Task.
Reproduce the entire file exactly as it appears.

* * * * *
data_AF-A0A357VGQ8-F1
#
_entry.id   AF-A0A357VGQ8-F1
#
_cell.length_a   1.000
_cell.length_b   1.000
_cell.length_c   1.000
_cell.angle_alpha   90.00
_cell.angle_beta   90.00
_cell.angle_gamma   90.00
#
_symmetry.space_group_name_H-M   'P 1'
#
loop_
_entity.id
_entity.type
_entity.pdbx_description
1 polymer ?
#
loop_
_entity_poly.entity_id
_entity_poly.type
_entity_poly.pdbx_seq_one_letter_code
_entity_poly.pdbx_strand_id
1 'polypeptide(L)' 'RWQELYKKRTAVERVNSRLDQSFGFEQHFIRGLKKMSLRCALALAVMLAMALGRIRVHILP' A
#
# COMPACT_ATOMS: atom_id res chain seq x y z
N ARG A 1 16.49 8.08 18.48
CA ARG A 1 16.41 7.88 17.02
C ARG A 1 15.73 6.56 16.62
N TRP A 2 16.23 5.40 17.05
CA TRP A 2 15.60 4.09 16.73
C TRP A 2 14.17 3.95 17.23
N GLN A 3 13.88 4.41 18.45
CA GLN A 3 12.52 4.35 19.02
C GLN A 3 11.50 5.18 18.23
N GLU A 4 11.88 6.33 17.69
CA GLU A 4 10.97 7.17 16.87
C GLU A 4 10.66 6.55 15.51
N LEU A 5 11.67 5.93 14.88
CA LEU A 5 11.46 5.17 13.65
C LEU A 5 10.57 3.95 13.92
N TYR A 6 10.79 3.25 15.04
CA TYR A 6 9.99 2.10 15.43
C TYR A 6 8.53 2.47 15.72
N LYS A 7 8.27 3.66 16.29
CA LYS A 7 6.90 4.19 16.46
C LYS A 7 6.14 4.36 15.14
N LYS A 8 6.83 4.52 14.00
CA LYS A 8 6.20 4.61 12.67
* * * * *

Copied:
data_AF-A0A357VGQ8-F1
#
_entry.id   AF-A0A357VGQ8-F1
#
_cell.length_a   1.000
_cell.length_b   1.000
_cell.length_c   1.000
_cell.angle_alpha   90.00
_cell.angle_beta   90.00
_cell.angle_gamma   90.00
#
_symmetry.space_group_name_H-M   'P 1'
#
loop_
_entity.id
_entity.type
_entity.pdbx_description
1 polymer ?
#
loop_
_entity_poly.entity_id
_entity_poly.type
_entity_poly.pdbx_seq_one_letter_code
_entity_poly.pdbx_strand_id
1 'polypeptide(L)' 'RWQELYKKRTAVERVNSRLDQSFGFEQHFIRGLKKMSLRCALALAVMLAMALGRIRVHILP' A
#
# COMPACT_ATOMS: atom_id res chain seq x y z
N ARG A 1 16.49 8.08 18.48
CA ARG A 1 16.41 7.88 17.02
C ARG A 1 15.73 6.56 16.62
N TRP A 2 16.23 5.40 17.05
CA TRP A 2 15.60 4.09 16.73
C TRP A 2 14.17 3.95 17.23
N GLN A 3 13.88 4.41 18.45
CA GLN A 3 12.52 4.35 19.02
C GLN A 3 11.50 5.18 18.23
N GLU A 4 11.88 6.33 17.69
CA GLU A 4 10.97 7.17 16.87
C GLU A 4 10.66 6.55 15.51
N LEU A 5 11.67 5.93 14.88
CA LEU A 5 11.46 5.17 13.65
C LEU A 5 10.57 3.95 13.92
N TYR A 6 10.79 3.25 15.04
CA TYR A 6 9.99 2.10 15.43
C TYR A 6 8.53 2.47 15.72
N LYS A 7 8.27 3.66 16.29
CA LYS A 7 6.90 4.19 16.46
C LYS A 7 6.14 4.36 15.14
N LYS A 8 6.83 4.52 14.00
CA LYS A 8 6.20 4.61 12.67